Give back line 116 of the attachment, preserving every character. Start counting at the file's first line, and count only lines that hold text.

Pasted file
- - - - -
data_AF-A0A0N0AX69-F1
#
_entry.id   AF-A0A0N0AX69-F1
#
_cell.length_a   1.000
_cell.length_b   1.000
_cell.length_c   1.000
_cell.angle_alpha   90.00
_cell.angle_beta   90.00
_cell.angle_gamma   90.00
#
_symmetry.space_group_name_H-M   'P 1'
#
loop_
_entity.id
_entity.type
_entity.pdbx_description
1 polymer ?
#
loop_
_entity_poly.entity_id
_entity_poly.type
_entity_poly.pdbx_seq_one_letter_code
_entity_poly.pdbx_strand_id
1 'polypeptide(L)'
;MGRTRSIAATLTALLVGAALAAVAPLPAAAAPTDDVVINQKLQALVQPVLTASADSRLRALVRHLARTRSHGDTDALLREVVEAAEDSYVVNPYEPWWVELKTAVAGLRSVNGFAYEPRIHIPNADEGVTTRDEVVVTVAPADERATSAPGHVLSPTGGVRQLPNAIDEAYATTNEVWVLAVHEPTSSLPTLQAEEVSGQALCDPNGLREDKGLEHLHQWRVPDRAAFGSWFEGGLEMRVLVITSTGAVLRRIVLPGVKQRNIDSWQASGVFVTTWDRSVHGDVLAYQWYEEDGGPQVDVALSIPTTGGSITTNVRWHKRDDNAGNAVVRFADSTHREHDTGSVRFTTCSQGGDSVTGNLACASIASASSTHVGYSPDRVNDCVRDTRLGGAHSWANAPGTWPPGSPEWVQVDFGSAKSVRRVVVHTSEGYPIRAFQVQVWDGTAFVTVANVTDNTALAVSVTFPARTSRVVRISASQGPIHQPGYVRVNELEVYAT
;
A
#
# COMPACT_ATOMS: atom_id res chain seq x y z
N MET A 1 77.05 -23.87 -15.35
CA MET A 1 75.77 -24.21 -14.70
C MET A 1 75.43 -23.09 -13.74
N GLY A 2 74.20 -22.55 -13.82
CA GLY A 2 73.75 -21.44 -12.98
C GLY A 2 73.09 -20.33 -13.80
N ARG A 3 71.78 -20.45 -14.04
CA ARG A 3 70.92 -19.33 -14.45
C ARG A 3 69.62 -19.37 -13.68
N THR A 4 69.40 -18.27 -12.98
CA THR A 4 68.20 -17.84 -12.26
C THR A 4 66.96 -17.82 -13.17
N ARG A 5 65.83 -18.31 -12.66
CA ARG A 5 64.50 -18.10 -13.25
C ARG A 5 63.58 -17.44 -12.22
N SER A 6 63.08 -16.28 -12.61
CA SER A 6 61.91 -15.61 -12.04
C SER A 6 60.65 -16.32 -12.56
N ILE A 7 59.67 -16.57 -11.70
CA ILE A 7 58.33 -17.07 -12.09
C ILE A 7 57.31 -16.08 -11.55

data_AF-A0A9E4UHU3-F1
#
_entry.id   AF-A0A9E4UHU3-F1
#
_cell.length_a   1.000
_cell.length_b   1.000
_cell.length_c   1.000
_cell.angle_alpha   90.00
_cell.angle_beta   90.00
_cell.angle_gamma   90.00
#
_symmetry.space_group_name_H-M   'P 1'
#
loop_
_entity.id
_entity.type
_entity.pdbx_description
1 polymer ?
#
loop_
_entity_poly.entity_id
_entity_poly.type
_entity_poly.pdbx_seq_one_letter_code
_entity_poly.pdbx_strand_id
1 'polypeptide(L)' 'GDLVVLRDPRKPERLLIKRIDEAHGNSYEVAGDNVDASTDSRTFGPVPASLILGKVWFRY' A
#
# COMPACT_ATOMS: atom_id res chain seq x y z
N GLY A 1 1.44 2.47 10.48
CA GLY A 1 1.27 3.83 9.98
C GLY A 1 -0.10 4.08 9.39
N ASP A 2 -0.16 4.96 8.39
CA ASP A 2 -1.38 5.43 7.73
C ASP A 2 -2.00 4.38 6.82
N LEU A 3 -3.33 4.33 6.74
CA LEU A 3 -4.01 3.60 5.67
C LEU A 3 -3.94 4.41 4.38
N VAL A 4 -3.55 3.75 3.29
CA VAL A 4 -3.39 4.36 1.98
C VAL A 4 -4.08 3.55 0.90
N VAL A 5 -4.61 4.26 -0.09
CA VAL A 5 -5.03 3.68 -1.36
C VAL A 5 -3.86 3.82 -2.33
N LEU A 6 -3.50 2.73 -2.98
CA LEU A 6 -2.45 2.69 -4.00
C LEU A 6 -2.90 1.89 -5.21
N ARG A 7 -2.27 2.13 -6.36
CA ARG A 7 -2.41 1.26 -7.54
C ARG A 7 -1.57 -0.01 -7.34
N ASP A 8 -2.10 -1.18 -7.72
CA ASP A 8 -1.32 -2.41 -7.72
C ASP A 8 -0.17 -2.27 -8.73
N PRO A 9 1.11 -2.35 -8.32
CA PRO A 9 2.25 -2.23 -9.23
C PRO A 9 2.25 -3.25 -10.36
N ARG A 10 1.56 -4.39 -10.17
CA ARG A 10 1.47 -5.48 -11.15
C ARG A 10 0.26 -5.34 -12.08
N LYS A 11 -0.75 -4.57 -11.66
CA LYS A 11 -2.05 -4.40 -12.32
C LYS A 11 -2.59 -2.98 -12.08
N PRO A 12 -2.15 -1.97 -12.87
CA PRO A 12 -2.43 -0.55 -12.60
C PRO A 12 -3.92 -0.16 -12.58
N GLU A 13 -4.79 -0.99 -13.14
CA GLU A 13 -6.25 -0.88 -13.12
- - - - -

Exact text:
CA GLU A 13 -6.25 -0.88 -13.12